Puerto Rico's governor said he would travel to Washington this week to lobby Congress to recognize the U.S. territory's vote in favor of becoming the 51st state, even if it means surrendering its newfound debt-restructuring powers.
Despite boycotts by opposition parties that depressed voter turnout, Puerto Rican voters delivered "a clear rejection of the current colonial status and a path forward through statehood," Gov. Ricardo Rosselló said in an interview with The Wall Street Journal.
Voters opted for U.S. statehood by a 97% margin in Sunday's vote, though turnout was just 23% as opponents of the governor urged their constituents to snub the vote. The last time Puerto Rico called a plebiscite on its political status, in 2012, 78% of voters turned out.
The results aren't binding on Congress, which must approve any change in Puerto Rico's political status.
The vote also took place without approval from the Justice Department, which had earlier raised objections to the governor's proposed ballot language. He said he would attempt to convince members of Congress that the 3.4 million island residents had nonetheless supplied a mandate in favor of becoming the 51st state.
"The rules that have always applied are, those who go to the ballot box determine the outcome," Gov. Rosselló said.
U.S. lawmakers, who have historically been skeptical of accepting Puerto Rico as a state, are especially loathe to do so now with the territory grappling with a financial crisis that is stifling its economy and elevating rates of poverty and joblessness, said Amilcar Antonio Barreto, a professor at Northeastern University.
Congress has historically favored keeping the territorial status quo "because it's the constitutional arrangement that gives them maximum flexibility over Puerto Rican affairs," he said.
Lawmakers last year passed a rescue package to install a federal financial oversight board with a mandate to get Puerto Rico's yawning budget gaps under control and tackle its $73 billion mountain of debt.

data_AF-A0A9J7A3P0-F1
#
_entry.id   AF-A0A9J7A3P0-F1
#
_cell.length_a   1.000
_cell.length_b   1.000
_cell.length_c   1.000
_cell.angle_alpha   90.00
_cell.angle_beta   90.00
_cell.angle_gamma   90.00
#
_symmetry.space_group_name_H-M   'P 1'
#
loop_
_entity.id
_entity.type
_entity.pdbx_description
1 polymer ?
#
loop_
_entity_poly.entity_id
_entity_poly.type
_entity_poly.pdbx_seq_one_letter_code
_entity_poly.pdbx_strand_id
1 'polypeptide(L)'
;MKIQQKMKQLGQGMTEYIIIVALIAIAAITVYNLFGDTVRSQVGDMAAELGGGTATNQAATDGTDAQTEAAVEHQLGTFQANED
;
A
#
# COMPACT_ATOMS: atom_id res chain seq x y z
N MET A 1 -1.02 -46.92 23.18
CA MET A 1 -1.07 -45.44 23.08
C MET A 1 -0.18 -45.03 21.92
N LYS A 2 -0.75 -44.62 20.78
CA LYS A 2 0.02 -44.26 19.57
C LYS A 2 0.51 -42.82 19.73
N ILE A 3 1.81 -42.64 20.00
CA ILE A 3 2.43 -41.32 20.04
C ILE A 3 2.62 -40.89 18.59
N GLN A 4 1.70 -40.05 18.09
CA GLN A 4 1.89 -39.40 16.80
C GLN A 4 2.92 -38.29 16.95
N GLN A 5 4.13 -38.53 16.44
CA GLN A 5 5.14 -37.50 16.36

While many U.S. municipalities can restructure their obligations under chapter 9 of the U.S. bankruptcy code, U.S. states don't have a similar restructuring option to deal with a potential default on their general obligations. The Puerto Rico rescue law, however, gave the oversight board authority to adjust debts obligations in ways the states can't.
Mr. Rosselló said that making Puerto Rico the 51st state would lead to dramatic growth "as the natural reaction of a stronger economy impacting a smaller one," removing the need for those restructuring powers.
"This economic growth would allow us to be able to service our debt adequately even without the tools provided in Promesa," he said, referring to the Puerto Rico Oversight, Management, and Economic Stability Act, which established a process for restructuring debt. "Our debt is simply a symptom of a much greater problem which is our economy."
A national television advertisement released by a pro-statehood group on Tuesday echoed those themes, saying that statehood "benefits all Americans, ends corporate tax breaks and enables Puerto Rico to compete, prosper and pay its fair share on equal footing."
The oversight board last month placed Puerto Rico under what amounts to the largest-ever U.S. municipal bankruptcy. Its delay in approving a $9 billion restructuring deal covering the island power utility has rankled Republicans in Congress who viewed the agreement as a road map toward consensual settlements of Puerto Rico's other debts.
Write to Andrew Scurria at Andrew.Scurria@wsj.com
(END) Dow Jones Newswires
June 13, 2017 17:40 ET (21:40 GMT)